Mead Johnson, the Evansville baby formula maker, staged a successful IPO on Wednesday, and saw its share price climb 10 percent on its first day as a public company.
But the execs intend to move the headquarters and several dozen people to Chicagoâ??s northern suburbs, where nutritional expertise and flights are easier to come by.
Lots of public companies have headquarters in small- and medium-sized cities. Wabash National, which manufactures truck trailers, is in Lafayette. Kimball International makes furniture in the southern Indiana hardwood center of Jasper. Warsaw, in northern Indiana, has Zimmer, the prosthetics giant.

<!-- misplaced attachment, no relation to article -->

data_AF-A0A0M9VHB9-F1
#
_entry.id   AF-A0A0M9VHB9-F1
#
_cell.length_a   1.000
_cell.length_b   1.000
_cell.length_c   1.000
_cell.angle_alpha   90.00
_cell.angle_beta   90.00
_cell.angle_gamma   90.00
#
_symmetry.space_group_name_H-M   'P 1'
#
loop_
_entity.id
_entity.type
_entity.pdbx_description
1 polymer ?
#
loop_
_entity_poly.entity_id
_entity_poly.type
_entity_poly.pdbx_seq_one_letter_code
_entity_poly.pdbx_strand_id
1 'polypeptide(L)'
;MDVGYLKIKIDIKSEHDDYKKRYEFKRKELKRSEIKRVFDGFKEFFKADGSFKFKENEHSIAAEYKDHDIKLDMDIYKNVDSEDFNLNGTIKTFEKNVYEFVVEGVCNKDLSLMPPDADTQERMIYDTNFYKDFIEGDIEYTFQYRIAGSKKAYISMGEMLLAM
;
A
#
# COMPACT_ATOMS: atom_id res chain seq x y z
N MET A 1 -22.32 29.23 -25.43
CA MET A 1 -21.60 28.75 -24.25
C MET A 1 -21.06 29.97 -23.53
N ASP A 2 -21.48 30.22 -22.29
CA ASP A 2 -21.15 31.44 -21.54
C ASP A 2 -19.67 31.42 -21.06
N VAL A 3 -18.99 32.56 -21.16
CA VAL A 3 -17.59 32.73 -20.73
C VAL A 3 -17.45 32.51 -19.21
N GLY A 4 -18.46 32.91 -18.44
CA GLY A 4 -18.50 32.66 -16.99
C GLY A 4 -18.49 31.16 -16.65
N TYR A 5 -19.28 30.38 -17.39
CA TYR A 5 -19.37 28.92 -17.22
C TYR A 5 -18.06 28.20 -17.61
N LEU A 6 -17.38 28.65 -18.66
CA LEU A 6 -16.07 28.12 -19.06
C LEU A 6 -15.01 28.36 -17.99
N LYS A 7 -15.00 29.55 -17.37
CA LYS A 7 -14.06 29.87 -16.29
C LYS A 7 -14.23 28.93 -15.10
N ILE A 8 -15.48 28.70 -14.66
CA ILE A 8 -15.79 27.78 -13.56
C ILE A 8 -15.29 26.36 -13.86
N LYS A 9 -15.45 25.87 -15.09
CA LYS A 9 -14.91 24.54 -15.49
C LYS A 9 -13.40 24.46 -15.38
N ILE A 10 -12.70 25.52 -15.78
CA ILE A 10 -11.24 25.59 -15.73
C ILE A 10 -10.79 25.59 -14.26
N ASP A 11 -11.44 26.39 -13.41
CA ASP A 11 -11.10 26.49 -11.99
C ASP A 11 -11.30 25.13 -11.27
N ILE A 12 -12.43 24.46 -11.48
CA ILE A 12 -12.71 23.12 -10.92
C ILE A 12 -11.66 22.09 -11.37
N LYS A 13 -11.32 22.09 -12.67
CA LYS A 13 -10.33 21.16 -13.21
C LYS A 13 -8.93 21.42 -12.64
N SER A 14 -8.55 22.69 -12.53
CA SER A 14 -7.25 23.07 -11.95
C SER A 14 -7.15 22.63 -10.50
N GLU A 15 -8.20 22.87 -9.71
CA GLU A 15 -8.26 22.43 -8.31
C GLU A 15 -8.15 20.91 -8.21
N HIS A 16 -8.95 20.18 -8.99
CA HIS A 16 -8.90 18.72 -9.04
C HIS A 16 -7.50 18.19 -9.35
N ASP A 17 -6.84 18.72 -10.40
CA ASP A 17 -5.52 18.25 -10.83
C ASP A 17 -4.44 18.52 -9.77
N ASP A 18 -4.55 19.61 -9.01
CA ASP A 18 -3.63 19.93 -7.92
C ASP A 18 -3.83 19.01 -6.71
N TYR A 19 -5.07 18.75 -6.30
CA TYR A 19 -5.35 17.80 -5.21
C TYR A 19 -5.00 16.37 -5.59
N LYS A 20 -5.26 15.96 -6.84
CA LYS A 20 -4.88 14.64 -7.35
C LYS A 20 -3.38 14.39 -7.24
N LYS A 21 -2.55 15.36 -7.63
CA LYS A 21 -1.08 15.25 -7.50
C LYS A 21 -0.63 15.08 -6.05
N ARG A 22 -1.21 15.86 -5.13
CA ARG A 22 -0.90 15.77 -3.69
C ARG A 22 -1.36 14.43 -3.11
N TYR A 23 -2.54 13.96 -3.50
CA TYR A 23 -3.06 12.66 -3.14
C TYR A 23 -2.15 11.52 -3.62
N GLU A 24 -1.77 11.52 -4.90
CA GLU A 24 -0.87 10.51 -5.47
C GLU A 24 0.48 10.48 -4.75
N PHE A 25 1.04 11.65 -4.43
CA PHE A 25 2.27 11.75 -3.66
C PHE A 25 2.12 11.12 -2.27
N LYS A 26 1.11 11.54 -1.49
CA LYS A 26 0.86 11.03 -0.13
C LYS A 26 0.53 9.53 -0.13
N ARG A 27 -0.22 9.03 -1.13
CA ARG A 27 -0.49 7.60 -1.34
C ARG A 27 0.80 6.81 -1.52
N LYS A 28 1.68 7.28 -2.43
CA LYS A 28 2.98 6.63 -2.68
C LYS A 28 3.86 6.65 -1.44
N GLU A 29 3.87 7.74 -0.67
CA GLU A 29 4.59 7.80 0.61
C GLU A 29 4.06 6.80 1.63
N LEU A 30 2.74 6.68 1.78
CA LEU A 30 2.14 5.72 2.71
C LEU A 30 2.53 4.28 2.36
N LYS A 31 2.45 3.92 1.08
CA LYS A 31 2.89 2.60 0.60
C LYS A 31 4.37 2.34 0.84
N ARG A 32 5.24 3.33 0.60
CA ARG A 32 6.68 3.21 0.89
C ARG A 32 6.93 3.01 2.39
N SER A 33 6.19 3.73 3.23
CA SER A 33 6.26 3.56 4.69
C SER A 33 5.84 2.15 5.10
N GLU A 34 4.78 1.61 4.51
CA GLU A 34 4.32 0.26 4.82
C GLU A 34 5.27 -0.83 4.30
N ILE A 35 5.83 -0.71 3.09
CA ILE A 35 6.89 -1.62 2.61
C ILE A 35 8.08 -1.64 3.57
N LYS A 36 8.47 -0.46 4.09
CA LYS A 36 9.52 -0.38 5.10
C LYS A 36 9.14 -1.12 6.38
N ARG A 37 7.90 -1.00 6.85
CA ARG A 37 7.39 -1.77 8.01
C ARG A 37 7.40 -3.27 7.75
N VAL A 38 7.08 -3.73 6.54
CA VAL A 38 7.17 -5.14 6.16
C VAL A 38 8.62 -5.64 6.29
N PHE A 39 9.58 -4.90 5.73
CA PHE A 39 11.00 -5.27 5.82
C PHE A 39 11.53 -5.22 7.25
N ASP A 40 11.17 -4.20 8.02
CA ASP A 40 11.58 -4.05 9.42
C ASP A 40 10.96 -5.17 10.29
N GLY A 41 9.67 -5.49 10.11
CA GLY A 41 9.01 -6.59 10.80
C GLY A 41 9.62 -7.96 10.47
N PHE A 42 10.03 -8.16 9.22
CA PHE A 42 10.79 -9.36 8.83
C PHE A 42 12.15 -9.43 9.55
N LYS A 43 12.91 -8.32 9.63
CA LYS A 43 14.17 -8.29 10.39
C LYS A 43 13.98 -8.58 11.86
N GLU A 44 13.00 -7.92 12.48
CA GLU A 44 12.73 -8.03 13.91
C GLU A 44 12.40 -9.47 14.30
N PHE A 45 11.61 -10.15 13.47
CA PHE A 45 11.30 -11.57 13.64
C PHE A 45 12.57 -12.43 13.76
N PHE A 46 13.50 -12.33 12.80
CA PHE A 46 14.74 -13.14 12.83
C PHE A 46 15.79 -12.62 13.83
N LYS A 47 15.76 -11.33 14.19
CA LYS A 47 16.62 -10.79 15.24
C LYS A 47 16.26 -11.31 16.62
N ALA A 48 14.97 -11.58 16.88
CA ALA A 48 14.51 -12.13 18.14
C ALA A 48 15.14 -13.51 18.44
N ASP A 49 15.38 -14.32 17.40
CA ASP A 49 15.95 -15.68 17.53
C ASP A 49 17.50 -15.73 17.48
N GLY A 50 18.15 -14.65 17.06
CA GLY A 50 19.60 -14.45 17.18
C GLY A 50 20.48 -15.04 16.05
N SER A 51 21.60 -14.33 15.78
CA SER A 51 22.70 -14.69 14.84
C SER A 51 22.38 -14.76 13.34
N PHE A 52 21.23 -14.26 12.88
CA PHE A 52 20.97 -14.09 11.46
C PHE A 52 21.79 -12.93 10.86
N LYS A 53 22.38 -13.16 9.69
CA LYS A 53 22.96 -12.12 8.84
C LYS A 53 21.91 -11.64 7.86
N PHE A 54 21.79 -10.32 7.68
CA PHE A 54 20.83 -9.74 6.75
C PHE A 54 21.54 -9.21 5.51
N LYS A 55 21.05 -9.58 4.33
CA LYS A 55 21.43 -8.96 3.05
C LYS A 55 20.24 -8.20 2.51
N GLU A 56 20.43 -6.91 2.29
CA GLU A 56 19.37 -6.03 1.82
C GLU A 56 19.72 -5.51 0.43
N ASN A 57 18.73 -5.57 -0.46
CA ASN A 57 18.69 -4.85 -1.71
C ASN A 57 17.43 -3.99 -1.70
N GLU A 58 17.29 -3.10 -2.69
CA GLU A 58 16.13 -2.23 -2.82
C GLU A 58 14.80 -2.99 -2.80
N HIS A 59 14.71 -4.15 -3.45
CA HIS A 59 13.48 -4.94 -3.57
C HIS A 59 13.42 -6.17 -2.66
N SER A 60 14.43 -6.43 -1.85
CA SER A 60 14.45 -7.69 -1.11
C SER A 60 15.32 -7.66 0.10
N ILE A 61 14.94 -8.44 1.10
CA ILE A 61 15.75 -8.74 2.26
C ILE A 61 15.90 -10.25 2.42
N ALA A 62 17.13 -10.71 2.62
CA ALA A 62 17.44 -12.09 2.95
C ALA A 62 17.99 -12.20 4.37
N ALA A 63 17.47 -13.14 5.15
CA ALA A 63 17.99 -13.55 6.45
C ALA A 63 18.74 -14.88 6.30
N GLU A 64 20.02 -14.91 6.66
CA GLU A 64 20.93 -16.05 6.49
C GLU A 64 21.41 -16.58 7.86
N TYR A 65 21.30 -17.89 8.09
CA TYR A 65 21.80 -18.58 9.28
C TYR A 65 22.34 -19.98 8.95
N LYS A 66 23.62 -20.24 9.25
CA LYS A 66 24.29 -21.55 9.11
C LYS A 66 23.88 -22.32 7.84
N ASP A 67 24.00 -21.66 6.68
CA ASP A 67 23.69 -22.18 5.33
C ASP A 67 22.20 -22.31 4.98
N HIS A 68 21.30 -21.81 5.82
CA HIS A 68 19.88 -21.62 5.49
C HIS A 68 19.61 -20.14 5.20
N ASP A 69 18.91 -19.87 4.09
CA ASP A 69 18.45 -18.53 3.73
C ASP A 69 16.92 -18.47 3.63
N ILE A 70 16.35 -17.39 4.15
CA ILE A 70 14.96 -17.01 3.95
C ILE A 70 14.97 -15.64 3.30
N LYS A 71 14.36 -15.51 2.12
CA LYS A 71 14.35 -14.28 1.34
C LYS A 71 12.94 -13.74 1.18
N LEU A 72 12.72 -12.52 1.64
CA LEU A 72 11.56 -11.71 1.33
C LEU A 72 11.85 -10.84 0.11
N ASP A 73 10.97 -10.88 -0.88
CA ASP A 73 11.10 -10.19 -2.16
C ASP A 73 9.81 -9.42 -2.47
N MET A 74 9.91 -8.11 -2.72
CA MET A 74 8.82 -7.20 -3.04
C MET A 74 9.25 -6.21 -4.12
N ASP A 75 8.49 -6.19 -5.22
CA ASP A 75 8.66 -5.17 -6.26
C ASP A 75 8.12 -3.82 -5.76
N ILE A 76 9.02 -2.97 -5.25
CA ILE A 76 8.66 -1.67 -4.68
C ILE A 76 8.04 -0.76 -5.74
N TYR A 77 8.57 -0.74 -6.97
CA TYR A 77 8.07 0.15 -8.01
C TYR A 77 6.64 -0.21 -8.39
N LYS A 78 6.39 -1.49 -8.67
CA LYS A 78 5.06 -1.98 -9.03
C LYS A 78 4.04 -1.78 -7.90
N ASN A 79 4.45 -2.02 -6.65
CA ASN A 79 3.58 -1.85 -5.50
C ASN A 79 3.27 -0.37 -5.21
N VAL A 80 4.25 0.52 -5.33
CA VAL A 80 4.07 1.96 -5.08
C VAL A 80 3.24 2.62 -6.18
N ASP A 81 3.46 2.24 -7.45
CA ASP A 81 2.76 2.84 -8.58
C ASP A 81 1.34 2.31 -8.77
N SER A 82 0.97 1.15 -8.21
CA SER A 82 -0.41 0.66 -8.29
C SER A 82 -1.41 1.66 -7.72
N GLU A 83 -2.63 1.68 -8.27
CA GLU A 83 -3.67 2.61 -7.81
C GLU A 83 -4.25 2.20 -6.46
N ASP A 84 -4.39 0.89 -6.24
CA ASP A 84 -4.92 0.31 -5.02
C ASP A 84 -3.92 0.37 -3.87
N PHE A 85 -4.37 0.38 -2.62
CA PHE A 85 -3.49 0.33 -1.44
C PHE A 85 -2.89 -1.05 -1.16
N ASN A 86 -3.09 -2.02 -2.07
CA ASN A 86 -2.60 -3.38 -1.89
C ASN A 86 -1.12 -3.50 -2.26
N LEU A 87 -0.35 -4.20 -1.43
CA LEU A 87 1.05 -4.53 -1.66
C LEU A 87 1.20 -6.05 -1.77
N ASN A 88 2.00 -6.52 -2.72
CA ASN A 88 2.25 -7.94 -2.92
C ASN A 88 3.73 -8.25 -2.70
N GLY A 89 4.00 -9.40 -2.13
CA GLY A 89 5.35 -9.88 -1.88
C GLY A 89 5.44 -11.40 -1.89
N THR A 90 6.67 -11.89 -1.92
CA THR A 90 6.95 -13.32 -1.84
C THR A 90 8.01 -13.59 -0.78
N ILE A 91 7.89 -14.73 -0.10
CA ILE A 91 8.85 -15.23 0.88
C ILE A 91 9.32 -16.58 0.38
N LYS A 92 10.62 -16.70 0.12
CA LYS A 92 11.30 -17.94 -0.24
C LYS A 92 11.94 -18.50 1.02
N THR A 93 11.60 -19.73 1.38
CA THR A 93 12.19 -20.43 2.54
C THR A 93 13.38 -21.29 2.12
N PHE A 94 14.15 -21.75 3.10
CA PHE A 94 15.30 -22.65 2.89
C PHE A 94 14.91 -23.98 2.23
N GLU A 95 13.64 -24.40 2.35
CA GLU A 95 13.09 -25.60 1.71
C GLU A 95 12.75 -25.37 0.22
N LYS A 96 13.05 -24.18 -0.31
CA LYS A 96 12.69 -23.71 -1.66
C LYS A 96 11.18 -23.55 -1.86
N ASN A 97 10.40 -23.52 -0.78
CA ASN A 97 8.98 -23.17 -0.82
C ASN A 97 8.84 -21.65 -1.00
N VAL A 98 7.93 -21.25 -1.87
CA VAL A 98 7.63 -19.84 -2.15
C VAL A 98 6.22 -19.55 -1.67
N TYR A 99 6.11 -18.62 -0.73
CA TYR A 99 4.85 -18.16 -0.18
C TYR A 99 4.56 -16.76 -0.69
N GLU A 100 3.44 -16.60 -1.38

Is a smaller city inherently deficient as a home for a public company headquarters? Is there anything inherently wrong with Evansville?
For that matter, how about Indianapolis as a headquarters city? After all, precious few Fortune 500 companies call Indianapolis home.